• July 13, 2021
    ...al., 2021 ONSC 988, Ontario (Attorney General) v. 269 Weldrick Road West (in rem), 2020 ONSC 4605, R. v. Stipo, 2019 ONCA 3, R v. Proulx, 2000 SCC 5, Ontario v. Canadian Pacific Ltd. [1995] 2 S.C.R. 1031, Schnarr v. Blue Mountain Resorts Limited, 2018 ONCA 313, Bell ExpressVu Limited Partne......
  • Ontario Court Of Appeal Summaries (September 9 – 13 2019)
    • Canada
    • Mondaq Canada
    • September 23, 2019
    ...(1988), 41 CCC (3d) 97, R v Jacquard, [1997] 1 SCR 314, R v Royz, 2009 SCC 13, R v Daley, 2007 SCC 53, R v LM, 2008 SCC 31, R v Proulx, 2000 SCC 5, R v Clarke, 2014 SCC 28, R v Wust, 2000 SCC 18, R v R S, 2015 ONCA 291 R v. Morillo, 2019 ONCA 714 [Watt, Hourigan and Huscroft JJ.A.] Counsel:......
  • Court Of Appeal Summaries (July 31 ' August 4)
    • Canada
    • Mondaq Canada
    • August 8, 2023
    ...7, Business Development Bank of Canada v. Cavalon Inc., 2017 ONCA 663, Boily v. Carlton Condominium Corp. 145, 2014 ONCA 574, R. v. Proulx, 2000 SCC 5, Poulie v. Johnston, 2022 ONSC 5186, Ontario (Attorney General) v. Paul Madger Furs Ltd. (1993), 12 O.R. (3d) 72 (Gen. Div.)., Astley v. Ver......
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210 books & journal articles
  • Table of cases
    • Canada
    • Irwin Books Sovereignty, Restraint, & Guidance. Canadian Criminal Law in the 21st Century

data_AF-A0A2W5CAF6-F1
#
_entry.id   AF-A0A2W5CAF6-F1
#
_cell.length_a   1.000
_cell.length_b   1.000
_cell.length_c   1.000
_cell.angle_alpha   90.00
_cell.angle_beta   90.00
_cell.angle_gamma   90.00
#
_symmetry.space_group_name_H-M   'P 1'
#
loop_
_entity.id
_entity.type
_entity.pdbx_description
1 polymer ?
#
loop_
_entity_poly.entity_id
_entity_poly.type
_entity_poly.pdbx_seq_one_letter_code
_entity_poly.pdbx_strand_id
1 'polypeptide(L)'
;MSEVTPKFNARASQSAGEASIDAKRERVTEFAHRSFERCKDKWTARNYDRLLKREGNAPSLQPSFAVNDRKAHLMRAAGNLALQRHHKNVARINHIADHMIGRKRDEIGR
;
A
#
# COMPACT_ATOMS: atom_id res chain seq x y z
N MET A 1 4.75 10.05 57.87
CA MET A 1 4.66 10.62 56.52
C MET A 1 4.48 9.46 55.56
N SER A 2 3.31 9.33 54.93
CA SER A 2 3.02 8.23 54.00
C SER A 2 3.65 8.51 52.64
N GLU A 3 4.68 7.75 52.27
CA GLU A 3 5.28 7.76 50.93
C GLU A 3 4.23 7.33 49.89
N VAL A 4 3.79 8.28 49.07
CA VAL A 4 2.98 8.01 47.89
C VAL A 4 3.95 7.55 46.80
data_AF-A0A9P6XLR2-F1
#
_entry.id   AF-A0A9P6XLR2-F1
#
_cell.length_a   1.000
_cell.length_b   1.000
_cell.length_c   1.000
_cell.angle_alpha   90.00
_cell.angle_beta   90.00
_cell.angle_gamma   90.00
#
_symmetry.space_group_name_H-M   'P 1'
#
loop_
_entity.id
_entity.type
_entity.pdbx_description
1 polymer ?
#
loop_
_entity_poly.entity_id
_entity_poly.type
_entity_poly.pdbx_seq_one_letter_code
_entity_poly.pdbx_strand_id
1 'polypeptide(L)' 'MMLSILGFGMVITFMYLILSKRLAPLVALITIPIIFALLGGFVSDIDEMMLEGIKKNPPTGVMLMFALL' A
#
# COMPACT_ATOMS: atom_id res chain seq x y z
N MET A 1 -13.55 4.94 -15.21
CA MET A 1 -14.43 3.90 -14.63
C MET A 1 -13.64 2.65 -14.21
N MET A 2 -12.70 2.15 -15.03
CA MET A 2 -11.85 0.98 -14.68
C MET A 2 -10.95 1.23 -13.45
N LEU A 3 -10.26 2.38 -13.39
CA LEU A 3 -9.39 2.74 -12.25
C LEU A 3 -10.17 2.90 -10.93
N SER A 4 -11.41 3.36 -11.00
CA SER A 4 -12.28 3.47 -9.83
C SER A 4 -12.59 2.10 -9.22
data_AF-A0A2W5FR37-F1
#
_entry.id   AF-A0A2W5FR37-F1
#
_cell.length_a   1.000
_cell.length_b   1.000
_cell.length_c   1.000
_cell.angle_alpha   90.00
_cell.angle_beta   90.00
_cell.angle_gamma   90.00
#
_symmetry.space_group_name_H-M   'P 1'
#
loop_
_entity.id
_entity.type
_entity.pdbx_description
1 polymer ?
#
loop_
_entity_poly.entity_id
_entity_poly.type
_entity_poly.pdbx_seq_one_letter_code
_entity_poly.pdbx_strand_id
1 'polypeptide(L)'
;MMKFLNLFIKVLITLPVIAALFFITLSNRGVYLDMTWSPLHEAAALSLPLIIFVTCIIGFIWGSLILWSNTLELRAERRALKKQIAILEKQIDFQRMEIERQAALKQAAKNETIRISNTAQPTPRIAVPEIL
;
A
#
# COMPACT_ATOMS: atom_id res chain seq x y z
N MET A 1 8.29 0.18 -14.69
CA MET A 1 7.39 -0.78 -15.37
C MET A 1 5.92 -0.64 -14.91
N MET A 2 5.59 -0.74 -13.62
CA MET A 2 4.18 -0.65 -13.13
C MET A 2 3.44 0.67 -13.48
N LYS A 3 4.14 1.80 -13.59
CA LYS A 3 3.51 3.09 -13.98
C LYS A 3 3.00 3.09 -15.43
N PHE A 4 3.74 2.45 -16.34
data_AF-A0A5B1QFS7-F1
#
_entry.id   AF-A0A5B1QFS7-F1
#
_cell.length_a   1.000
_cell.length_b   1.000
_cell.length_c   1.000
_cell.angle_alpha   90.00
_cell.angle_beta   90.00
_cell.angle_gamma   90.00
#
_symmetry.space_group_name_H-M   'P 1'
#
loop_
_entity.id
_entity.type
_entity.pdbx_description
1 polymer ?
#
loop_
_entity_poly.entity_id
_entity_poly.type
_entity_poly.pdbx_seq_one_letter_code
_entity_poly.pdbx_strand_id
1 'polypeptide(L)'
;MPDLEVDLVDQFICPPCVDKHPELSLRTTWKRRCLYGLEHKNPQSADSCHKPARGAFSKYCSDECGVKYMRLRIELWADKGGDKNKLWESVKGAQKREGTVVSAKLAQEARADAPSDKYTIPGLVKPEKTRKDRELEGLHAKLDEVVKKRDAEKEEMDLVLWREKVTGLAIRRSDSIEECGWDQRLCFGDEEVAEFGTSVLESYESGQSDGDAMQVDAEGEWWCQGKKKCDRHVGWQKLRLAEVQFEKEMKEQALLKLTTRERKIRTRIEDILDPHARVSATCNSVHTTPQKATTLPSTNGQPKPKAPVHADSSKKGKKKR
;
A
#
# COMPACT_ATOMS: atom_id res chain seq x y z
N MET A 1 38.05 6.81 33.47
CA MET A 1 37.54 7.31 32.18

• June 25, 2019
    ...[ 571 ] [ 572 ] Sovereignty, reStraint, and guidance R v Proulx, [2000] 1 SCR 61 ......................................................................................................... 99 R v Prue, [1979] 2 SCR 547 ................................................................................
  • Table of Cases
    • Canada
    • Irwin Books The Anatomy of Criminal Procedure. A Visual Guide to the Law Post-trial matters Special Post-conviction Procedures
    • June 15, 2019
    ...R v Power, [1994] 1 SCR 601.............................................................................. 324 R v Proulx, 2000 SCC 5 .................................................................................... 377 R v Prychitko, 2010 ABQB 563 ..............................................
  • Table of cases
    • Canada
    • Irwin Books Criminal Law. Eighth edition
    • September 1, 2022
    ...1998 CanLII 6317 (CA).................................................................................391 CRIMINAL LAW 634 R v Proulx, [2000] 1 SCR 61, 2000 SCC 5, 140 CCC (3d) 449........... 554, 567, 587 R v Prue, [1979] 2 SCR 547, 46 CCC (2d) 257, 8 CR (3d) 68 .....................115, 1......
  • Table of cases
    • Canada
    • Irwin Books Sentencing in Canada
    • June 26, 2020
    ...ONCA 63 ............................................................................................................. 277 R v Proulx, [2000] 1 SCR 61, 2000 SCC 5 ........................................76, 79, 82, 90, 171, 227 R v Quick, 2016 ONCA 95 ..............................................